Isaac was clearly granted preferential treatment throughout his life as the long-awaited son of Abraham and Sarah. Yet here we see that Ishmael's expulsion was not as final as we might have expected.
The brothers reunite to honour their father, thus showing that the two great nations Abraham fathered could still stand side by side.
Perhaps this is also an example of how death brings families back together - we don't know if it was painful or comforting, but it does seem that it was done with some degree of shared responsibility.
This is the first we have heard of Ishmael since his mother Hagar and he were saved by a well in the desert, but according to the Midrash (Pirkei D'Rabbi Eliezer), Ishmael was visited by his father, with Sarah's knowledge, after his expulsion.
Abraham is reluctant to expel Ishmael and only does so when God commands him to heed Sarah's order, so perhaps it is not surprising that the Midrash allows him to reach out to his firstborn and voice his opinion on the life and relationships he builds for himself (what else are Jewish parents for?). It allows us a glimpse into the ongoing pain that Abraham felt at this difficult separation and his attempt to build bridges.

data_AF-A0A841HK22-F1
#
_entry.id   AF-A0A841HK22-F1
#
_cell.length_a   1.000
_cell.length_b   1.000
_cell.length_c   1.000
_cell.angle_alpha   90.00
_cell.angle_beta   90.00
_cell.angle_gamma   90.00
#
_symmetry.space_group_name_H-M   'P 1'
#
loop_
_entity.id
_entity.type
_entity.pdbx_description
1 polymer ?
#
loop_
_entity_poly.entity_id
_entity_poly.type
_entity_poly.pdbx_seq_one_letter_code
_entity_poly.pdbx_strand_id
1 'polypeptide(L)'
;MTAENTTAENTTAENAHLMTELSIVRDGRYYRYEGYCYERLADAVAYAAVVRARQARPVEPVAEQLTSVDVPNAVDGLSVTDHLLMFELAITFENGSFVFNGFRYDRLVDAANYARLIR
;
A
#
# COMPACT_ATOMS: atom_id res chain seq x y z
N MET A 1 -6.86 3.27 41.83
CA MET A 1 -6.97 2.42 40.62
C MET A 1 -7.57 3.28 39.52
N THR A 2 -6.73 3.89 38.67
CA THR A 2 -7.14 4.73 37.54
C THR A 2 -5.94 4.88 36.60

Death often prompts difficult family conversation, and I can imagine Isaac and Ishmael had a rough time seeing to an honourable burial of their father together. Yet difficult times for us individually (and perhaps communally) can also become catalysts for healing and moments of insight into one another.
Perhaps Isaac and Ishmael's reunion can be a model for the hard work and difficult conversations that need to happen on both a micro and a macro level between the brother's descendants. It won't always be easy, but it could be rewarding.